What Do I Do About
My Mice If I Have To Go Away?
Make as many preparations as you can before you leave.
In other words, mix up all their food yourself and clean them out thoroughly.
You don’t know if the person who’s checking on them will do
a good enough job, so try and make it as easy as possible for them.
Leave all supplies in the same, easy to find place.
If you have to, label the supplies with what they are and how/when to
use them. Make sure you have enough ‘in house’ so that your
mouse-sitter will not run out in your absence. If you are going on a longer
trip and you think you may not have enough room for extra supplies, give
your mouse-sitter a detailed list of what to buy and where from to avoid
Make sure there is someone competent to administer any medications.
Even if the person is experienced or seems to know how to do it, leave
written instructions for them including dose, method and time to give
medication. It may be the case that you have to leave the mouse needing
medicines with a different person who is more confident giving medication,
or more reliable (remembering/able to do it at the correct time every
Make sure that the importance of daily checks and handling is
Explain that the person’s responsibility is not only to top up food
and water and perhaps clean out the tank, but to really ensure the mice
are well and happy. Try to ensure that the mice are handled every day
while you are away, or at least every other day with non-handling days
meaning the mice are allowed 20 minutes playtime in their runaround balls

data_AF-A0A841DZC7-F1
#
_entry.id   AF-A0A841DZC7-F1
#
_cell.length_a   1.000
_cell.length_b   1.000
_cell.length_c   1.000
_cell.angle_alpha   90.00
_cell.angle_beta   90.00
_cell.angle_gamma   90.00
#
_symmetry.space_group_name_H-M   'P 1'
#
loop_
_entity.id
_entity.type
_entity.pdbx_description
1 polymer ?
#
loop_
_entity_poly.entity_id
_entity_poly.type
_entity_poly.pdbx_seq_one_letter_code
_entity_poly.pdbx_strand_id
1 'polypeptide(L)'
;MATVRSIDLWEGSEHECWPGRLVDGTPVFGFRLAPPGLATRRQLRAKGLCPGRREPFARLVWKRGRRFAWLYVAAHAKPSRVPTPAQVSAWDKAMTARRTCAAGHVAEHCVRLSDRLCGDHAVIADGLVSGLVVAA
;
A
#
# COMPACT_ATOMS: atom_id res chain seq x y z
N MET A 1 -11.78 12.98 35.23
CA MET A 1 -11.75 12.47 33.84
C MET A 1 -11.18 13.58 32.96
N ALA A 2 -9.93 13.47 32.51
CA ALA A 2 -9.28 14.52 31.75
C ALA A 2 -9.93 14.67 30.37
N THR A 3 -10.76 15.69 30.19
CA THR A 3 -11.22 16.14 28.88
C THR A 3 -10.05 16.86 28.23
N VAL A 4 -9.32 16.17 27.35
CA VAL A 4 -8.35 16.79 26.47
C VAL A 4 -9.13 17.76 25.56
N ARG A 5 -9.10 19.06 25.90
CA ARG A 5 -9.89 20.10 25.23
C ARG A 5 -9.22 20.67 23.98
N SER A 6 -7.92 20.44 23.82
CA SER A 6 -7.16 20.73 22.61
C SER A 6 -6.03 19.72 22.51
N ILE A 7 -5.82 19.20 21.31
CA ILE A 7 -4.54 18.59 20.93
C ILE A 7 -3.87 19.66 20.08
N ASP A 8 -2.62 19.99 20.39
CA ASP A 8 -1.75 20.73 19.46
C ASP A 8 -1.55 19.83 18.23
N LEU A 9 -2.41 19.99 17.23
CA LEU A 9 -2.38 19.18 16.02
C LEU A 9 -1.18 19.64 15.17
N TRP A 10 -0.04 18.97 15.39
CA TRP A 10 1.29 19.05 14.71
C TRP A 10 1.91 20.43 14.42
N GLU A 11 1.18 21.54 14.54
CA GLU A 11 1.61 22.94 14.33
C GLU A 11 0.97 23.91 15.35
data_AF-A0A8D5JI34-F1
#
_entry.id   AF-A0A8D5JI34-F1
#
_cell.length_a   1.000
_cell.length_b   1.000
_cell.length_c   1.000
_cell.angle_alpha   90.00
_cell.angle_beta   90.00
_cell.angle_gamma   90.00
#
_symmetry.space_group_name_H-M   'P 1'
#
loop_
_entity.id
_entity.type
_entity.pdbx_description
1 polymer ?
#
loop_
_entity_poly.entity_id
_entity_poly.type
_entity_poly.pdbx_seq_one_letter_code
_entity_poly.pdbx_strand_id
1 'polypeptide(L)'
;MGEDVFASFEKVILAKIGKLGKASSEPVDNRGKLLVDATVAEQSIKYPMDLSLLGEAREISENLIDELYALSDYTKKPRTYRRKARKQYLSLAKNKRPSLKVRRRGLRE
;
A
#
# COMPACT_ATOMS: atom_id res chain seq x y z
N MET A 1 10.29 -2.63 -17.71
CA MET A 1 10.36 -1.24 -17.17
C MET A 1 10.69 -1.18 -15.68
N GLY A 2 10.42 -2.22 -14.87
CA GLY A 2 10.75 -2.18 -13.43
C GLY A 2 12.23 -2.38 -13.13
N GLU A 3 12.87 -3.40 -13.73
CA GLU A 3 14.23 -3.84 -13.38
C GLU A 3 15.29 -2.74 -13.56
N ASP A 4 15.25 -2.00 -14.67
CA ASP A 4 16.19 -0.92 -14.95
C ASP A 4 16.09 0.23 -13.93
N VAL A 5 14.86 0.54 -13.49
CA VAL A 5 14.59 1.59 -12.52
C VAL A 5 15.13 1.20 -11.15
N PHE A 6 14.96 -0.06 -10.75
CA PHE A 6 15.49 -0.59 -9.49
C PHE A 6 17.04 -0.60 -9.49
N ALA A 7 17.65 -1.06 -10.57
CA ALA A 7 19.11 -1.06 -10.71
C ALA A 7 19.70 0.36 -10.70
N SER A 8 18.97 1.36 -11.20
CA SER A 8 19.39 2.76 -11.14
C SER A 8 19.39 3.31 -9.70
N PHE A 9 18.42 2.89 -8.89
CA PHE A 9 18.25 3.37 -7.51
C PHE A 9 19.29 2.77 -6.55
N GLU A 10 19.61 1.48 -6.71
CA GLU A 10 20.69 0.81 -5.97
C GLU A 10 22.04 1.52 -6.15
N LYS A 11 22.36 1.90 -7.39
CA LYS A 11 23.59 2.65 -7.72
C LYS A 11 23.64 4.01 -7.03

outside the tank. Stress the importance of keeping the mice occupied with
toy changes. Daily checks should be insisted on to make sure that the
mice’s health is not declining unnoticed.
Try to get a mouse-sitter who is experienced with mice and can
Children may put the wrong mice back in the wrong cages if the person
supervising them cannot tell the difference between your bucks and does.
To avoid this, insist on supervision at all times and allow mice from
only one tank out at a time to avoid mix-ups. This will also help someone
unfamiliar with your particular mice to keep them in the right groups.
Leave emergency contact details – i.e. the number of a
In case anything happens or a mouse gets ill during the time you are away,
leave all details of your vet with whoever is looking after the mice.
This will include name, address, phone number, emergency phone number
and surgery opening hours. Make sure you let the mouse-sitter know that
you would rather they went to the vet for a little thing than left something
alone which could progress into something worse.
Mention any special considerations and also write them down as
Special considerations might include a certain diet or allergy that one
or more of the mice have. It could also be a ‘don’t’,
such as ‘don’t let the obese mouse have many sunflower seeds
or chocolate drops as treats’. If any of the mice need special handling,
e.g. because they have an injury or are pregnant, be sure to mention this.
Leave a number where you can be contacted in an emergency.
If there is something that needs your knowledge about your mice, or your
consent, you will be glad that you could be reached. Most people have
a mobile phone for emergencies and if not, the number of the hotel where
you are staying could be left as a contact point.